How I Found Empowerment by Taking the Stage
This piece was originally posted on Miss Amazing's first blog, "Conversations of Confidence" on June 3rd, 2013.
Excitement rippled through the room when my Girl Scout troop leaders announced that the theme of the district-wide talent show would be a salute to women, or “girl power.” This was a popular idea when I was young, largely because the Spice Girls, who used it as one of their catchphrases, were incredibly famous at the time. However, as much as I loved the Spice Girls, “girl power” held a deeper meaning for me. I was born with a physical disability called Larsen syndrome, so, at barely eight years old, I was already aware that being a woman with a disability is all too often viewed as a double disadvantage by society. I wanted to do my part to change that and to prove that, even as a young girl, there was power within me.
The talent show presented the perfect opportunity to let out my budding voice for advocacy. I can still remember the feeling of words taking shape in my mind as I thought about the message I wanted to share with the audience. Then, one evening, I sat in my room and wrote my thoughts down until they became lyrics to a song that I titled “I’m a Girl.” It begins: “I’m a girl / Watch me dream / One day I’ll be what I wanna be / And nobody in the world can stop me. / I stand proud, I stand strong / And I will live through right and wrong.” As the song continues, I express gratitude for amazing female role models including Susan B. Anthony and Oprah Winfrey. I also assert that girls have the potential to grow up and do anything they set their minds to, from being a carpenter, to a baseball player, to President. (Hey, I dreamed big!)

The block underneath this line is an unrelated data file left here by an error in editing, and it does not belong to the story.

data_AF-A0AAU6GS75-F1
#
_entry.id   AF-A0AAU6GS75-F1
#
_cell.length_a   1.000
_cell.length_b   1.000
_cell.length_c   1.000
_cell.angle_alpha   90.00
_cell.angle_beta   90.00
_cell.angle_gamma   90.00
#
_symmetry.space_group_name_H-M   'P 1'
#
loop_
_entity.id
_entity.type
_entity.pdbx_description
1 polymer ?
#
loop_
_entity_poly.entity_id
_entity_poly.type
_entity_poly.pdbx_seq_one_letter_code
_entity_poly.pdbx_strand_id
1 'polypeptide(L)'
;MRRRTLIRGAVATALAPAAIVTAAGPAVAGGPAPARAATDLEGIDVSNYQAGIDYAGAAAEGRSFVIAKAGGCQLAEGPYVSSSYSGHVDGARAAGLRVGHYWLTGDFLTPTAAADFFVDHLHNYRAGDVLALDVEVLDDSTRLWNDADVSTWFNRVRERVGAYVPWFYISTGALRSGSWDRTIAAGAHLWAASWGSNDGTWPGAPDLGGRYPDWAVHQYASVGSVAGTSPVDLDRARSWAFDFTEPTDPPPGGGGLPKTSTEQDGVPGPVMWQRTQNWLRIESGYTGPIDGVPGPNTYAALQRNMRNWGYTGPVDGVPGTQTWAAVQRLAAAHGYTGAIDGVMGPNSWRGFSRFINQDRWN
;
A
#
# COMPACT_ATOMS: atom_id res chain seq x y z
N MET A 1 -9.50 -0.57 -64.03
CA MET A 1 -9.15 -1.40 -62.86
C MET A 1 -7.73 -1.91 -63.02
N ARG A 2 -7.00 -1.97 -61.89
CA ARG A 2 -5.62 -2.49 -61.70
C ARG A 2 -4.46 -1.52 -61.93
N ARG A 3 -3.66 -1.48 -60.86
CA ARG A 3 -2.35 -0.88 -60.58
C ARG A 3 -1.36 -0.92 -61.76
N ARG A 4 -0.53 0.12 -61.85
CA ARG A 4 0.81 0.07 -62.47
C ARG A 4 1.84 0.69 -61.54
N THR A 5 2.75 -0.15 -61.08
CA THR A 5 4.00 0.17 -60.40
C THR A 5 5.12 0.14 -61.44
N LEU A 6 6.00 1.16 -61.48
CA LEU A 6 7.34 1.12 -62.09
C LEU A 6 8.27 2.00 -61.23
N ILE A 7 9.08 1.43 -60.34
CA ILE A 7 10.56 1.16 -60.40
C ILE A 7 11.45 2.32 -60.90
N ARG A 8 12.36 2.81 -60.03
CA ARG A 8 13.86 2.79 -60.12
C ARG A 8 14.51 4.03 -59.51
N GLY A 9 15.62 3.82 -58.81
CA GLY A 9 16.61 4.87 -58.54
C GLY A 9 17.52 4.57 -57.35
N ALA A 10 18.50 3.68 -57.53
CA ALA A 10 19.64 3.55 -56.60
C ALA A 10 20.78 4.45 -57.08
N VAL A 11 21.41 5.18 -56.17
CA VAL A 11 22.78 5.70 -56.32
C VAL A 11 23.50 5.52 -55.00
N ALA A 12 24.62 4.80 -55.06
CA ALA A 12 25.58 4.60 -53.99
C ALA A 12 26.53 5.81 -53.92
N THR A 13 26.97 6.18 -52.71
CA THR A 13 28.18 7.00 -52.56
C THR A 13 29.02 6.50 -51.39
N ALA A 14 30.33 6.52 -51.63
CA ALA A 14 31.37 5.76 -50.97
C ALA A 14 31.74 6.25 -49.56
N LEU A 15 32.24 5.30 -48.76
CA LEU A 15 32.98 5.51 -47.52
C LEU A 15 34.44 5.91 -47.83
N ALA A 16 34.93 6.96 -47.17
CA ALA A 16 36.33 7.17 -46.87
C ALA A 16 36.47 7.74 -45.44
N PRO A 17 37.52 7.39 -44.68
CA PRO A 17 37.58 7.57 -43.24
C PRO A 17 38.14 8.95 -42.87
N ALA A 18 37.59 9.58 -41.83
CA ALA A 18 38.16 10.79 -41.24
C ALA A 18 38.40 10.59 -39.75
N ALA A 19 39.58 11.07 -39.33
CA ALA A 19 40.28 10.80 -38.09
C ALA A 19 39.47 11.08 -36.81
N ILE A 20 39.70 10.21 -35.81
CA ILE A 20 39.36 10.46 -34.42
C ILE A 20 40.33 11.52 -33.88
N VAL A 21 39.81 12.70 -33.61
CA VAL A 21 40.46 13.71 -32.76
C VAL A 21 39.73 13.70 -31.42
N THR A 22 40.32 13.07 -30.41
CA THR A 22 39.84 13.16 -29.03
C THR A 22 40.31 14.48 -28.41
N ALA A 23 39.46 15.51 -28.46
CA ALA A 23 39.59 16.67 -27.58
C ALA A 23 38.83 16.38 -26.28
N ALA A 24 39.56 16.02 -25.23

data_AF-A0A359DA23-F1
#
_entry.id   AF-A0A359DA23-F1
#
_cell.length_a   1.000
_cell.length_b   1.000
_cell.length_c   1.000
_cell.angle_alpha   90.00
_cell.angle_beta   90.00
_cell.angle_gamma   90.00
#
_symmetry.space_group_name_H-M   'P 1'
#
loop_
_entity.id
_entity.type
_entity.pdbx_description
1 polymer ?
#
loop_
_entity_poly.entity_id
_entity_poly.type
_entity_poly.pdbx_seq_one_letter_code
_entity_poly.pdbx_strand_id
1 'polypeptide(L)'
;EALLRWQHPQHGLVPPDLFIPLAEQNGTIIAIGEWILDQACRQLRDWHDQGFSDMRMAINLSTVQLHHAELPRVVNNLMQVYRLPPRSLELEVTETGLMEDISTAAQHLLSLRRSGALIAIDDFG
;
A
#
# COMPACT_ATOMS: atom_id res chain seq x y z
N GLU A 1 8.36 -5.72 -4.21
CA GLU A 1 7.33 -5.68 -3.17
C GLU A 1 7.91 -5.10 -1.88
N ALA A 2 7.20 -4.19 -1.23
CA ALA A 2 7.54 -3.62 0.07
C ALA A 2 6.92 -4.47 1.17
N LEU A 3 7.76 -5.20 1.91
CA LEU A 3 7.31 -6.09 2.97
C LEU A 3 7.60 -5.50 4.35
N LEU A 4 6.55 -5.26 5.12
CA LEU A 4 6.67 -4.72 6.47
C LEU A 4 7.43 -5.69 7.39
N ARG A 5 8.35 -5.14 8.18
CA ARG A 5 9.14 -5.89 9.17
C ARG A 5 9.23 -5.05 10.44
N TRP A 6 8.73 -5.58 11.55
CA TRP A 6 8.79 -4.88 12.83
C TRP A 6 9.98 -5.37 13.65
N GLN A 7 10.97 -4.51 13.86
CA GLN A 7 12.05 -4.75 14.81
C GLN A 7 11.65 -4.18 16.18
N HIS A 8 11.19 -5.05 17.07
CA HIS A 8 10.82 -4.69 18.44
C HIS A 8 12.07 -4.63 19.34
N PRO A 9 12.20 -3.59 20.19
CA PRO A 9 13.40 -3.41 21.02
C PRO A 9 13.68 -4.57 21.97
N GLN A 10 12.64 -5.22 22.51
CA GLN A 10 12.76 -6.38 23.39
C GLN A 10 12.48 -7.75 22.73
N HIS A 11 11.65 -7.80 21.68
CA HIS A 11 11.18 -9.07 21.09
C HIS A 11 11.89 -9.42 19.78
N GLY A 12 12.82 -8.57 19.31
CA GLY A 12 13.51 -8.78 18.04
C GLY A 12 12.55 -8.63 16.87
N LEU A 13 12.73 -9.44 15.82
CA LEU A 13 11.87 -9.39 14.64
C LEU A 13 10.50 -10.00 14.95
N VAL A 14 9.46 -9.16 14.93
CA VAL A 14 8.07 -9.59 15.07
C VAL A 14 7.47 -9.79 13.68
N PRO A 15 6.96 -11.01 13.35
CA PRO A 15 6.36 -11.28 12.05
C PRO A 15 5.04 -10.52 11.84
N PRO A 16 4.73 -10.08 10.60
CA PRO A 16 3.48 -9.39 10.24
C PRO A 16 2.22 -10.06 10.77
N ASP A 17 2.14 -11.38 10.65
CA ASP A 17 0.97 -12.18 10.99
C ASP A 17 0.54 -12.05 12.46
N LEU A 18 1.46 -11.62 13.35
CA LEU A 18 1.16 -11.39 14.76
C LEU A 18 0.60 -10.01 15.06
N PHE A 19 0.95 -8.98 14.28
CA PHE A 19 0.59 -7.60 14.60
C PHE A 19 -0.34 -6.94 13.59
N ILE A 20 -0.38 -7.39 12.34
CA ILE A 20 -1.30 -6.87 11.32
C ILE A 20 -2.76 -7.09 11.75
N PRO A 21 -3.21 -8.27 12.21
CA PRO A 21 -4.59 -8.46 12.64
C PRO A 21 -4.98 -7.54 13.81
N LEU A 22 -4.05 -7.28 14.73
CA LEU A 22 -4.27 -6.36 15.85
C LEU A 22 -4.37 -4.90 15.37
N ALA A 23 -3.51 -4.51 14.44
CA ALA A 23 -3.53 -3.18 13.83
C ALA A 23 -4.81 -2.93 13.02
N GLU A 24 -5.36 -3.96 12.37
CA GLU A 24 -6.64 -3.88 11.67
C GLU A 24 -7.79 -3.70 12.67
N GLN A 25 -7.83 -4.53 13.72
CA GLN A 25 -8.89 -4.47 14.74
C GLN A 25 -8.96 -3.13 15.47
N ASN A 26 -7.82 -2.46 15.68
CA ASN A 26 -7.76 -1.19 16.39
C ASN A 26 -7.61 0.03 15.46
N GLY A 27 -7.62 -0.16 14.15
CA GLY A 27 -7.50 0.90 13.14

When the night of the talent show arrived, I was a ball of energy and nerves. I had never performed anything in front of an audience before, let alone something I had written. But, even though I was quite young, I knew that in my own small way, I was contributing my voice to two causes I believed in – women’s rights and disability rights. So, when it was my turn to sing my solo, I looked deep inside myself and called on all the confidence I had. Then, I got on stage and sang my heart out. Today, as I look back on this experience, I realize it was just the beginning of my lifelong journey focused on taking pride in who I am.
I’m 22 years old now, but the message I want to share remains the same as it was so many years ago during the talent show. Neither disability nor being female is a weakness; girls and women of all abilities and ages have the right to feel empowered. I always remind myself that one person has the power to make changes in society, and, together, the positive impact we can have on the rights of women with disabilities can be incredible. By embracing confidence and taking the stage, we can show the world that being disabled and being female are not what make us weak, but rather what make us strong and unstoppable.